This morning, I am broken. My back aches and every muscle in my body feels weak. I barely have the energy to form my mouth into the shapes needed to make words, or the breath to speak them.
I can’t bear to go home and face the mammoth task of beginning to clear up the tsunami wreckage that is my house, so even though it is now nearly lunchtime, I’ve driven to an out-of-the-way Starbucks to get a takeaway coffee, sit in my car, in the rain, and type this, as well as eventually writing brief notes in my dairy. The very thought of doing anything else, even getting out of the car again, exhausts me.
Have I had a hard training session? No. I’ve just got my children to school. At gone 11am. Their school day is just beginning, two hours late, and so will be even more difficult for them, on top of the anxieties they were already feeling.
I’m not looking for sympathy, or virtual ‘hugs’, just understanding from any teacher and support staff out there, from any other professionals involved with children and families, and shared recognition with other families that this is what many of us go through before our days have even truly begun, before our babies have even made it into school. To the people I cancel meeting, or the phone calls I’m slow in returning, please understand it is not through laziness. My beautiful, smiley, funny, fearless five year-old now wails “I don’t want to go to school!” before she even opens her eyes every morning, and is heart-breakingly relieved when I can finally tell her it’s a weekend day. She is more often than not now bad tempered, aggressive to the point that both her sister and I now flinch when she raises her hands near us, and cannot cope with much that everyday life throws at her.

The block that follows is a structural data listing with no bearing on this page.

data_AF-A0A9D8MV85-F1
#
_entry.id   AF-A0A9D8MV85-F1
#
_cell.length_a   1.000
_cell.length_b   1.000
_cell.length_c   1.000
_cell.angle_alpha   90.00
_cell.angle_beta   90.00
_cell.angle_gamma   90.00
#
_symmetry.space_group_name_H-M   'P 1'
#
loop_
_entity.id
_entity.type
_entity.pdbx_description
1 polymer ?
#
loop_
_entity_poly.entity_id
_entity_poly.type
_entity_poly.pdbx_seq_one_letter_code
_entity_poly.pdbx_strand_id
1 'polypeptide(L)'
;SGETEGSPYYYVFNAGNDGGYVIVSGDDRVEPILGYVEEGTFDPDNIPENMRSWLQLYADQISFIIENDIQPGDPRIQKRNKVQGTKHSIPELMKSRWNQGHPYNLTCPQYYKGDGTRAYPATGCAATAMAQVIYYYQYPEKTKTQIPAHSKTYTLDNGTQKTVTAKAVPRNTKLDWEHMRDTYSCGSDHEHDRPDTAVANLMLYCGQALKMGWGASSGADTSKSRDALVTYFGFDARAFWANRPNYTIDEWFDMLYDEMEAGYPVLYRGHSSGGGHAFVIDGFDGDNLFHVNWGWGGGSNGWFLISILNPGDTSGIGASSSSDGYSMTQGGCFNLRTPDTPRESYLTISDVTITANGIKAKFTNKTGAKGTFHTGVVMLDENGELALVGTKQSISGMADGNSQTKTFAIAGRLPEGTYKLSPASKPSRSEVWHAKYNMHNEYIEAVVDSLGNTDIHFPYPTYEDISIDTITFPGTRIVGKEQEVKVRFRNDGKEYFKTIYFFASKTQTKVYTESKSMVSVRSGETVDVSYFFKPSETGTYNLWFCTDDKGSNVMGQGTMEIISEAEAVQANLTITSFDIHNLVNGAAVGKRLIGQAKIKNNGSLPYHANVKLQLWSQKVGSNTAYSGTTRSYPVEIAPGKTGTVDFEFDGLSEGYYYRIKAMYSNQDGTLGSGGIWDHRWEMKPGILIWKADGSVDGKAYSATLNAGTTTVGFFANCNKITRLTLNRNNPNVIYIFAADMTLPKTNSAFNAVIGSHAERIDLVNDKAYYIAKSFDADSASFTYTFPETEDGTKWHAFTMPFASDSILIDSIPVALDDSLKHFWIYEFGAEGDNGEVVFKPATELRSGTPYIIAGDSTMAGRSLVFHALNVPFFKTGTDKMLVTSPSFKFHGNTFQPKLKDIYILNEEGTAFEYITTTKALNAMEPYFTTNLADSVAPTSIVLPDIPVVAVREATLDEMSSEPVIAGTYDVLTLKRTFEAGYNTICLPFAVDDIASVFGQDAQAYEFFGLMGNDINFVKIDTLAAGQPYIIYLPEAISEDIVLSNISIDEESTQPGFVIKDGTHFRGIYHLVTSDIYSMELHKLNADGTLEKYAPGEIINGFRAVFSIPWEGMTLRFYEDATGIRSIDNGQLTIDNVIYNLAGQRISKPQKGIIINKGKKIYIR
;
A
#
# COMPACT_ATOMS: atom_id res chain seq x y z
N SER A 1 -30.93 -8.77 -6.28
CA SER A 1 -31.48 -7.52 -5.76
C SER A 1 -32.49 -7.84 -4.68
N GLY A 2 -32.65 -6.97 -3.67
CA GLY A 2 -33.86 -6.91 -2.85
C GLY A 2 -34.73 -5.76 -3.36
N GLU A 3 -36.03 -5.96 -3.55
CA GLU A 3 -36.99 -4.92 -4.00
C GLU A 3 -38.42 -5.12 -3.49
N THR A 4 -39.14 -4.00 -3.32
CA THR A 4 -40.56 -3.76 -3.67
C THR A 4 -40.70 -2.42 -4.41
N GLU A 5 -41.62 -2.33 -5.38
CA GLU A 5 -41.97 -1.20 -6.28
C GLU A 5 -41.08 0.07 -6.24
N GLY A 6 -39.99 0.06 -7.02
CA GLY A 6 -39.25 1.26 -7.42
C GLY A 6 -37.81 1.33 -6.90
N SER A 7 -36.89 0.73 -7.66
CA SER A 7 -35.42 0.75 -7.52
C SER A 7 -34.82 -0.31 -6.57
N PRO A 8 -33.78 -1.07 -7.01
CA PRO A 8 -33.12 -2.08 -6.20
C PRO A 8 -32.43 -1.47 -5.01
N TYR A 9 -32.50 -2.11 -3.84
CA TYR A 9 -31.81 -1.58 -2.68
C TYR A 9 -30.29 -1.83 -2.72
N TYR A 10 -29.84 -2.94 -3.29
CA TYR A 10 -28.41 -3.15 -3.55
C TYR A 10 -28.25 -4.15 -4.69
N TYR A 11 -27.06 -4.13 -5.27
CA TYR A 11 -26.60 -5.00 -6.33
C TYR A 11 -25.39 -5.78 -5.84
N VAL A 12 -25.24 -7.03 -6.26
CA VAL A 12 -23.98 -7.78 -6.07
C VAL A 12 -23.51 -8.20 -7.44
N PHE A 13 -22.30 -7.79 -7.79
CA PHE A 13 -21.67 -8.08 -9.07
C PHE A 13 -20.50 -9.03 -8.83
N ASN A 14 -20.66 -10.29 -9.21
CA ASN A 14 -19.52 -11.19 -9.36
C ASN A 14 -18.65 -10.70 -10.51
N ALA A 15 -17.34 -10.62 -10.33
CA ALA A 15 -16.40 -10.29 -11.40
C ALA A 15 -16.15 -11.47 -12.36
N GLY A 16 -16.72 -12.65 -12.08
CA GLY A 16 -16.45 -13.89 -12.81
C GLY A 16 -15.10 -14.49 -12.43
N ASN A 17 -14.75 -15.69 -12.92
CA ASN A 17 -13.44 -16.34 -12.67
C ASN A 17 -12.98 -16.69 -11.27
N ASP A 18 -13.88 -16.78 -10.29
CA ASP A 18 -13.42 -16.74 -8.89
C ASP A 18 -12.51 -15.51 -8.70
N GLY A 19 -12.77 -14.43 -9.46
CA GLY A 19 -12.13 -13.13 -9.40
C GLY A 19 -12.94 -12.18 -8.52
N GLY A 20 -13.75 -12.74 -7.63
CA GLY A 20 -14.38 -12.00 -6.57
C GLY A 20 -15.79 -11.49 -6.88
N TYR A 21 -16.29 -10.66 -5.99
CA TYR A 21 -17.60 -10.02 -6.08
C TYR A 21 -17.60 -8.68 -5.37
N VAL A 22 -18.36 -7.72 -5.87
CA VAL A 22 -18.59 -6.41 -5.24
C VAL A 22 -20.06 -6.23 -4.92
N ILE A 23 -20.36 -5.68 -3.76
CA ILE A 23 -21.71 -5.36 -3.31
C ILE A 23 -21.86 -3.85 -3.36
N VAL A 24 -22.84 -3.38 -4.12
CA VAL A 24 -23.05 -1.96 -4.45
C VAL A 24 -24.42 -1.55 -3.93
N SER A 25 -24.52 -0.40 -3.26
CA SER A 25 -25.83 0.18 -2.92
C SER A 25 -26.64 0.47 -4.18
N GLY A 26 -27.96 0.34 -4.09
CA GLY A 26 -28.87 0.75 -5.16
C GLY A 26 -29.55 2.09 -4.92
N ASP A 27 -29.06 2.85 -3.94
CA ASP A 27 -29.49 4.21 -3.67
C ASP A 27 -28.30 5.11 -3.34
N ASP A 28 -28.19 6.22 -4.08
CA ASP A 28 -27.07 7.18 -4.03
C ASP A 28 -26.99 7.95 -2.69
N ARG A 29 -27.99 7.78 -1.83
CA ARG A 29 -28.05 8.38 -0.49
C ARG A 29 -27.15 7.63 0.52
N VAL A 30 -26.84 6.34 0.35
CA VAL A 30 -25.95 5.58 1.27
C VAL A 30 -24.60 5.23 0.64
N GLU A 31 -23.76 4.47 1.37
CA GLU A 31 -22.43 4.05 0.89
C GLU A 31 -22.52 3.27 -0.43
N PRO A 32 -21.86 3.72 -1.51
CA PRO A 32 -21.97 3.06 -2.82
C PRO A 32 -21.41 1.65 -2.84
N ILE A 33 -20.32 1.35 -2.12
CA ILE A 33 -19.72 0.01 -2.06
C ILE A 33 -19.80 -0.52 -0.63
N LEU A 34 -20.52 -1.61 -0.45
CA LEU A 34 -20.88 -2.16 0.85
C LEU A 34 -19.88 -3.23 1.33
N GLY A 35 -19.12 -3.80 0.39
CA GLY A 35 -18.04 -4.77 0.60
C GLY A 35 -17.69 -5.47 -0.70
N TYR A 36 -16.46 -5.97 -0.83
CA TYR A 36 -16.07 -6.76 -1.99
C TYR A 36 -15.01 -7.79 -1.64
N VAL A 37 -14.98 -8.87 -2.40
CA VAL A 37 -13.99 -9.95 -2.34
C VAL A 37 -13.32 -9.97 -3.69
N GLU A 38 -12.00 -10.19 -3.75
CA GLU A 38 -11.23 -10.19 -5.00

My smart, observant, creative seven-year old has to be wrestled and regularly sat upon to get dressed, rarely eats in the morning, and has taken to displaying a kind of mania on many school mornings, insanely producing a grating false laugh and other noises for an almost impressively long time, designed on some level to provoke a reaction that will result in further delays in getting to school. I feel deafened by the noise today, and her sister was on the verge of tears by the time we pulled up in the school car park. The irony is that at least she was willing to get into school quickly then, to escape the slightly terrifying hysteria of her excessively loud sister, who meanwhile, had begun to undress herself again and hidden her socks, as well as undoing herself from her car seat and readying herself for the game of ‘jump around the car so mum can’t catch me’, which when I am feeling weak, she is a master at.
And so they’ve both got into school, which is allegedly the best place for them. My manic seven year-old turned to look at me for the briefest moment as she was escorted in, with no more hysterical laughter or game-playing on her face. She looked at me with uncertainty, as if expecting me to say or do something, and I paused, uncertain in my response. And then the door closed.
Certainly I appreciate the break right now, but I also know I am useless to utilise it. I will need to go back to school in now less than 3 hours and muster up the strength to cheerily greet my babies, who may well have had good days, or may be desperate to get away from it all. I will somehow need to revive myself enough before then to tidy up and at least make our house functional again, let alone less chaotic. But right now, I am glad of the anonymity of the grey skies and the rain and the car park, as I am broken.
By Pauline Delaney